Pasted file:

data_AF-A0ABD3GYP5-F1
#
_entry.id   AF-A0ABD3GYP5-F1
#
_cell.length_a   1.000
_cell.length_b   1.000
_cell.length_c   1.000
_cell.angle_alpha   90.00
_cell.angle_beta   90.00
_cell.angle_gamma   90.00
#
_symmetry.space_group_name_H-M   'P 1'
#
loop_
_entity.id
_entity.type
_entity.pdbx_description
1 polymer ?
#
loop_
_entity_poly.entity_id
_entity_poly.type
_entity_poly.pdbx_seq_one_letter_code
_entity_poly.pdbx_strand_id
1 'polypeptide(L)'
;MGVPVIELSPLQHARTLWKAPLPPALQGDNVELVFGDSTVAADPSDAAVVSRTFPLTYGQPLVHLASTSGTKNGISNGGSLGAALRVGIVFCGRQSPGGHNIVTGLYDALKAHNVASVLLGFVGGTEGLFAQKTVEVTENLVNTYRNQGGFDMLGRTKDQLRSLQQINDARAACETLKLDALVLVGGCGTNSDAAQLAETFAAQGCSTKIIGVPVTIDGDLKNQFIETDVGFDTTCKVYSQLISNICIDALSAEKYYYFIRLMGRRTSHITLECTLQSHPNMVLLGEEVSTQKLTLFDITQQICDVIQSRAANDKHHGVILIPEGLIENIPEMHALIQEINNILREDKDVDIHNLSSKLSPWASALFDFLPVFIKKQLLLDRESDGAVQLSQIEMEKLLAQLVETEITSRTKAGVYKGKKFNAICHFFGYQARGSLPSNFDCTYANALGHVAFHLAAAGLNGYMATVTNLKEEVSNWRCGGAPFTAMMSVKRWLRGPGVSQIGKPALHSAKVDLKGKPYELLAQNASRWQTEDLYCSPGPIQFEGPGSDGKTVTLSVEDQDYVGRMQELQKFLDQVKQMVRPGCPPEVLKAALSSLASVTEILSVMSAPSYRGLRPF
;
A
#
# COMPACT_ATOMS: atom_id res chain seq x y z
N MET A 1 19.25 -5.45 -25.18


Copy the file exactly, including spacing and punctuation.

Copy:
data_AF-A0ABD3GYP5-F1
#
_entry.id   AF-A0ABD3GYP5-F1
#
_cell.length_a   1.000
_cell.length_b   1.000
_cell.length_c   1.000
_cell.angle_alpha   90.00
_cell.angle_beta   90.00
_cell.angle_gamma   90.00
#
_symmetry.space_group_name_H-M   'P 1'
#
loop_
_entity.id
_entity.type
_entity.pdbx_description
1 polymer ?
#
loop_
_entity_poly.entity_id
_entity_poly.type
_entity_poly.pdbx_seq_one_letter_code
_entity_poly.pdbx_strand_id
1 'polypeptide(L)'
;MGVPVIELSPLQHARTLWKAPLPPALQGDNVELVFGDSTVAADPSDAAVVSRTFPLTYGQPLVHLASTSGTKNGISNGGSLGAALRVGIVFCGRQSPGGHNIVTGLYDALKAHNVASVLLGFVGGTEGLFAQKTVEVTENLVNTYRNQGGFDMLGRTKDQLRSLQQINDARAACETLKLDALVLVGGCGTNSDAAQLAETFAAQGCSTKIIGVPVTIDGDLKNQFIETDVGFDTTCKVYSQLISNICIDALSAEKYYYFIRLMGRRTSHITLECTLQSHPNMVLLGEEVSTQKLTLFDITQQICDVIQSRAANDKHHGVILIPEGLIENIPEMHALIQEINNILREDKDVDIHNLSSKLSPWASALFDFLPVFIKKQLLLDRESDGAVQLSQIEMEKLLAQLVETEITSRTKAGVYKGKKFNAICHFFGYQARGSLPSNFDCTYANALGHVAFHLAAAGLNGYMATVTNLKEEVSNWRCGGAPFTAMMSVKRWLRGPGVSQIGKPALHSAKVDLKGKPYELLAQNASRWQTEDLYCSPGPIQFEGPGSDGKTVTLSVEDQDYVGRMQELQKFLDQVKQMVRPGCPPEVLKAALSSLASVTEILSVMSAPSYRGLRPF
;
A
#
# COMPACT_ATOMS: atom_id res chain seq x y z
N MET A 1 19.25 -5.45 -25.18